31 July 2013. With the Manresa House novices undergoing various ‘experiments’ frequently, we tend to re-live our own. This year, one experiment the novices did not go through (for whatever reason) is Pilgrimage. But (may be because of that?) I did: down memory lane.
It was my second year of novitiate in India. For some preceding years, a few batches did not do a pilgrimage, since that turned out to be a ‘treat’ for the novices: people knew when the Brothers would on pilgrimage, and be ready with sumptuous meals and goodies. It seems the novice-master felt that people’s generosity undid the purpose of the pilgrimage.
So, we suggested that we restart the pilgrimage; we also decided not to visit Catholic houses on our way – lest it should defeat the Experiment-purpose. Upon completion of our six /four-week-long Mission Experiment, two of us started our 120 km-long walk to the famous Shivajinagar Church (Cathedral of Mother Mary, Bangalore).
Clad in saffron-lungie (a long, plain cloth worn round the waist by Hindu sanyasis and a Kurta, and with nothing but a sling bag on our shoulders (that is after a six-week-long mission experiment-stay in a remote area!), we started our faith-journey. Whenever we were hungry, we knocked on some non-Christian door.
What answer do you expect? That is, if some young (apparently refined-and-good looking!) men in their early-twenties, knock at your door? Worse, still, if it happens to be a lone man/woman, in a stand-alone house?
And believe it or not, it was enough to say ‘pilgrim’, and we were received warmly. In fact, one afternoon, we were determined to complete a longer journey. There was third world-war going on in our hungry stomachs; we could feel our stomachs touching the back-bones! It was around 2.30pm. We found a poor house.
‘Who is it?’ a middle-aged lady emerged. It was clear, the Hindu woman was resting.
‘Madam, we are pilgrims, on our way to Bangalore. We are hungry. Could you give us something to eat?’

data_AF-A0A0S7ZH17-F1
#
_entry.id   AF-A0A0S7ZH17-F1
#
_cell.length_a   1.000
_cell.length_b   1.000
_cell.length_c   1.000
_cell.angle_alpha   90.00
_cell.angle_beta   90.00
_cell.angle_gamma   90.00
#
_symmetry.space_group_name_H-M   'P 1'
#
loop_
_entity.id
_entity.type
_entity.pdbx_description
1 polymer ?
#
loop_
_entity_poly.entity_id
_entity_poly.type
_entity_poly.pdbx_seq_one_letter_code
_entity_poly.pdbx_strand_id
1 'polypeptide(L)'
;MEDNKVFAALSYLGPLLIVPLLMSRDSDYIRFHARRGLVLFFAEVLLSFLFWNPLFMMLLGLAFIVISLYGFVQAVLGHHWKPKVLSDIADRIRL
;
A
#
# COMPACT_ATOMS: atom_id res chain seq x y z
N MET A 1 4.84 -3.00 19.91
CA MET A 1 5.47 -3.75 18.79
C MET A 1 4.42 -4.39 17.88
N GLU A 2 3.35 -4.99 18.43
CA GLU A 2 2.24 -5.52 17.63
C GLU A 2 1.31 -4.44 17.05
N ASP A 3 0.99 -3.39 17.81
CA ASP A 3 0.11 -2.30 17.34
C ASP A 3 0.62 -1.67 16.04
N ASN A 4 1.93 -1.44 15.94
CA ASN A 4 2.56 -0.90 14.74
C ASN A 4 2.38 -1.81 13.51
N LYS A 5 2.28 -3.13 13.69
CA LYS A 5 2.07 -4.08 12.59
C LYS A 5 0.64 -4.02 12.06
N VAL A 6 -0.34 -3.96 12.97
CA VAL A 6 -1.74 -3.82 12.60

Surprise…surprise…She did not even ask us ‘Pilgrimage? Where in Bangalore?’ Had she asked, we would be lost. After all, Bangalore is not famous for non-Christian pilgrimage centres.
She opened the door; made us sit on the floor. Started cooking – fresh! In a few minutes, she was out – to a shop, I guess, to buy some condiments and vegetables?
In no time a simple, fresh, delicious meal was ready: hot congee (rice-gruel) with some cooked vegetables. As we ate, our conversation continued; it became personal and spiritual. One of us, she said, resembled her deceased son. She narrated her life-story. A spiritual bond had developed between total strangers in a few minutes.
We saw faith in action; we experienced it. We experienced what faith and spiritual life can do. It did not matter to her what religion we belonged to (she never asked for it); it did not matter that she was taking rest or was alone at home; it did not matter that those at her door-steps were four young men. It was enough that we were pilgrims. For her, we were seekers after Truth. And she welcomed us warmly. We had spiritual conversation. We bade goodbye to each other. We had a feast of faith! It replenished our energy, refreshed our spirit, and rekindled our faith in humanity-at-large. Our hearts were full of gratitude to God.
Till we reached the Shrine, and after, we kept on ruminating on that experience. And for many more years to come.
Today, living in a novitiate house, and celebrating the feast of St Ignatius Loyola, the Pilgrim (31 July), I recall this meaningful experience of pilgrimage. It is ever-green, relevant, and reassuring. It renews and reinforces our faith in God and people’s goodness.
Happy Feast to you all!
by Richie Rego